Thursday, August 20, 2015

A Little Learning Is A Scary Thing

A friend who suggested I read A Walk In The Woods just suggested I check out another Bill Bryson book, A Short History Of Nearly Everything.  In about 500 pages the author attempts to explain for the average reader the science behind the Earth, the solar system and the universe, that's all.  I should add Bryson must be pretty popular, since the book cover (seen at Amazon) prominently features his name whereas you can barely make out the title.

Unless you're already a specialist in certain fields, you'll find it highly informative, or at least clarifying.  Bryson looks at it all--chemistry, astronomy, physics, biology, geology and so on--and how they explain the Big Bang, evolution, plate tectonics, radiation, hurricanes, etc.  And being a journalist who knows how to keep the reader's attention, he includes numerous anecdotes about the many peculiar men (they're almost all men) behind this knowledge.  He's also quite good at analogies, which is a useful, even necessary skill when you're discussing the immensity of the universe, or the infinitesimal size of sub-atomic particles.

As a kid, Bryson says he was excited by the idea of finding the answers to basic questions, but the texts he read were impenetrable.  Thus, this is his attempt to make the story of discovery compelling. (It must be nice to be a bestselling author and know your readers will follow you wherever you go, so long as you make it interesting.)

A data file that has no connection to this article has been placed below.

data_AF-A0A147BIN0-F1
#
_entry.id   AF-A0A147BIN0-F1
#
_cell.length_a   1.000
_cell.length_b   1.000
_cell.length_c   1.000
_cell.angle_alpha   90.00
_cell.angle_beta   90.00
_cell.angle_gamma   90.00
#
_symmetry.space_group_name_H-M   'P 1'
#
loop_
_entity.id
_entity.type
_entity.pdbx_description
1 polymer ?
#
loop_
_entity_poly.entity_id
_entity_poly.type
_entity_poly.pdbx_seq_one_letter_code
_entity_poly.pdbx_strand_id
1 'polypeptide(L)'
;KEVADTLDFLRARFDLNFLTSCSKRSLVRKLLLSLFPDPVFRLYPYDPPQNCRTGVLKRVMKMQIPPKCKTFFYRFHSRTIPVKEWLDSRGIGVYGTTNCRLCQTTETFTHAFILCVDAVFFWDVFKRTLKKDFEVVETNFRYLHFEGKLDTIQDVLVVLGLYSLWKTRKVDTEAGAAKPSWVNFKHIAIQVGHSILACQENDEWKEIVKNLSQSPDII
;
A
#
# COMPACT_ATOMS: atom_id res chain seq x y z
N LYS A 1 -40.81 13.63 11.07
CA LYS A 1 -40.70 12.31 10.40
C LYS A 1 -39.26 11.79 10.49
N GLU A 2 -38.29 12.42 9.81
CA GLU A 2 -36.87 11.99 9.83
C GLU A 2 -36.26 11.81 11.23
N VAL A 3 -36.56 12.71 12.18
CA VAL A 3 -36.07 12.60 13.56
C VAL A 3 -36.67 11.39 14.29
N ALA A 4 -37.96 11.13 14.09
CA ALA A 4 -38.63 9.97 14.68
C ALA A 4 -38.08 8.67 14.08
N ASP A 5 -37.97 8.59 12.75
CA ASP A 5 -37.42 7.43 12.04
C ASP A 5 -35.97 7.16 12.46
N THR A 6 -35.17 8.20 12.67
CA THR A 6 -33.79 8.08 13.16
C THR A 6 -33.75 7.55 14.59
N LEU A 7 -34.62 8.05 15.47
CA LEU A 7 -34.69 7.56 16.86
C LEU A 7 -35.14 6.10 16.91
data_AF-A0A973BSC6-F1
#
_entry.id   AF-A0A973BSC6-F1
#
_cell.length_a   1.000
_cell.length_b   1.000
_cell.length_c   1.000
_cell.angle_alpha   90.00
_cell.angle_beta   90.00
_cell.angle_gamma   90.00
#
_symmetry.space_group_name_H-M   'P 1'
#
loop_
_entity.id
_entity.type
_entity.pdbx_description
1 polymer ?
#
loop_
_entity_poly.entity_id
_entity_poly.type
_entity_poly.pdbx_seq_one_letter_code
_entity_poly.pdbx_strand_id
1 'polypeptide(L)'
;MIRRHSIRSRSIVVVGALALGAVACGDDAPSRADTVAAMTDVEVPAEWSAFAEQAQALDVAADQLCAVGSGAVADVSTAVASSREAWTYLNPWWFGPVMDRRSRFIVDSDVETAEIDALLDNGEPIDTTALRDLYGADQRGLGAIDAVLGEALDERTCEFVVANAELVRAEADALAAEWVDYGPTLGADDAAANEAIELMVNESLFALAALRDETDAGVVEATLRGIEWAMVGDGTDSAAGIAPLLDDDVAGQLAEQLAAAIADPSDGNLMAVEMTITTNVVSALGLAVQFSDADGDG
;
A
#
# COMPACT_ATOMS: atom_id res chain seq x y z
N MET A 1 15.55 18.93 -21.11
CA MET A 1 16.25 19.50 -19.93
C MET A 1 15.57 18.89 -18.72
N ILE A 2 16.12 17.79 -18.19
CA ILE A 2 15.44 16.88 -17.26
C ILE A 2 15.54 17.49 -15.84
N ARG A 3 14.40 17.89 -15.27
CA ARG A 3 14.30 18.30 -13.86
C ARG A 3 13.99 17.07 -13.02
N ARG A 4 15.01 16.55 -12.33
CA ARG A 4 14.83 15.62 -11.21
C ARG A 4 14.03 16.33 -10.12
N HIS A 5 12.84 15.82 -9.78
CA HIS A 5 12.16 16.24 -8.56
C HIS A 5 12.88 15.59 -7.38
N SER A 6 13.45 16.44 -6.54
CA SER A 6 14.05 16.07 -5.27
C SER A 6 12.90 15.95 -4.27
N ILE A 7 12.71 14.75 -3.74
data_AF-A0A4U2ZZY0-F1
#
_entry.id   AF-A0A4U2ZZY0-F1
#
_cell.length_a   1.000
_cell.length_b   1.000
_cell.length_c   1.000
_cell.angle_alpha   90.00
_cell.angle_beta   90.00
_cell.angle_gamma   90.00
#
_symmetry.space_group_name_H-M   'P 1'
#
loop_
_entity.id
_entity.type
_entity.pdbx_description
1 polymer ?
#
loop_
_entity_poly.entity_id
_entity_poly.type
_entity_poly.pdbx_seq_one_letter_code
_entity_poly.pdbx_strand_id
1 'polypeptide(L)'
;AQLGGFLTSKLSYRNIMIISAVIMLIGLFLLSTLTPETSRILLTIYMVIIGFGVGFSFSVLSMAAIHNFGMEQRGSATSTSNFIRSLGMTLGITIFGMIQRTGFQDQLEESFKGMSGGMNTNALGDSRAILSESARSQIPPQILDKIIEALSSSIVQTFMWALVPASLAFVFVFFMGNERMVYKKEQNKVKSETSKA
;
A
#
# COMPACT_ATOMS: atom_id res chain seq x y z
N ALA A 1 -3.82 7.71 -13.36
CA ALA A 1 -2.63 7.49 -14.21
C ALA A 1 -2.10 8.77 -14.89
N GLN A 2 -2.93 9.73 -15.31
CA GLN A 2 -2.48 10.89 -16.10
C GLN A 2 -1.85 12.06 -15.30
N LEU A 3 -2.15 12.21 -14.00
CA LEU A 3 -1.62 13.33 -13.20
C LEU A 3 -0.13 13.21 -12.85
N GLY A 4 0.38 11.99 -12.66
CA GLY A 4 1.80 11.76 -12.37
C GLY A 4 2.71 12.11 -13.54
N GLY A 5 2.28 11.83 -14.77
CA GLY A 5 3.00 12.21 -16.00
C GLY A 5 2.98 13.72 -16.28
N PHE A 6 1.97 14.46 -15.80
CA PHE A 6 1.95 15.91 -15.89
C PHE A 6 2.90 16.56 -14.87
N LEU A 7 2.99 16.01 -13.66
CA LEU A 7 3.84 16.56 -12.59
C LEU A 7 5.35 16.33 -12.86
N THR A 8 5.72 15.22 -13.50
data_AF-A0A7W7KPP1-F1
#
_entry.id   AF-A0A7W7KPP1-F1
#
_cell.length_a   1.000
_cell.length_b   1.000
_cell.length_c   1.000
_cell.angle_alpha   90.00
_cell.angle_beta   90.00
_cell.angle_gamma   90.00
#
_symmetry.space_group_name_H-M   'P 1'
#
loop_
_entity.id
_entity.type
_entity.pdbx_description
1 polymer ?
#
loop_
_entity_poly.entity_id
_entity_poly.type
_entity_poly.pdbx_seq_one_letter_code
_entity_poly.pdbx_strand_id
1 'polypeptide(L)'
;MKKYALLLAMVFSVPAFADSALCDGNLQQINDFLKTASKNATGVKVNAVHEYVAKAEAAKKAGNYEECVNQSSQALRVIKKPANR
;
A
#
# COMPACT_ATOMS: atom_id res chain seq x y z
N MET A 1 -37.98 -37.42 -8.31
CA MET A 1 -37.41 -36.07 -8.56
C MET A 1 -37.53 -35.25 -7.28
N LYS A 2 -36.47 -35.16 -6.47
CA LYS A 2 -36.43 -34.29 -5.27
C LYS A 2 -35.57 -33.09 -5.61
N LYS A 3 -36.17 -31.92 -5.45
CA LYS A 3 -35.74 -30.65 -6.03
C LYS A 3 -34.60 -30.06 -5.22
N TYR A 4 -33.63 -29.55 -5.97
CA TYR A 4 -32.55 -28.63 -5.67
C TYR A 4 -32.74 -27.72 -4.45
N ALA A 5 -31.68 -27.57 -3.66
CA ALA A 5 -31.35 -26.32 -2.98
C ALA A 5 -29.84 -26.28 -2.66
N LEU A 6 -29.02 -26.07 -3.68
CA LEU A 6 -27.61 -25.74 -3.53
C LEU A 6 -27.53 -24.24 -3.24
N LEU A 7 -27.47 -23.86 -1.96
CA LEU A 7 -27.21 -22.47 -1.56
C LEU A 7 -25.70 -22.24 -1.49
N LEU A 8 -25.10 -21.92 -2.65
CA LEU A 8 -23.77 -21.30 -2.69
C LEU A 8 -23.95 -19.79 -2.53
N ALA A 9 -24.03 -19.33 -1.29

A Short History Of Nearly Everything is also pretty scary.  It makes you realize how lucky the human race is to still be around.  He examines the threats we face from earthquakes, weather changes, viruses, volcanoes, meteors, etc.  Some of these things will eventually wipe out quite a few of us, maybe all, unless we significantly improve our ability to respond to threats far larger than world wars, or figure out how to live on other planets..  Of course, many of these threats work on a different time scale, so we're probably safe in the short run.  On the other hand, I live in Los Angeles, where a terrible earthquake is overdue (and still won't be as bad as the threat in Seattle, or Tokyo--not to mention the rarer but more serious events out east in America), so these may be famous last words.

Anyway, if you don't mind being a little frightened, you might want to check it out.

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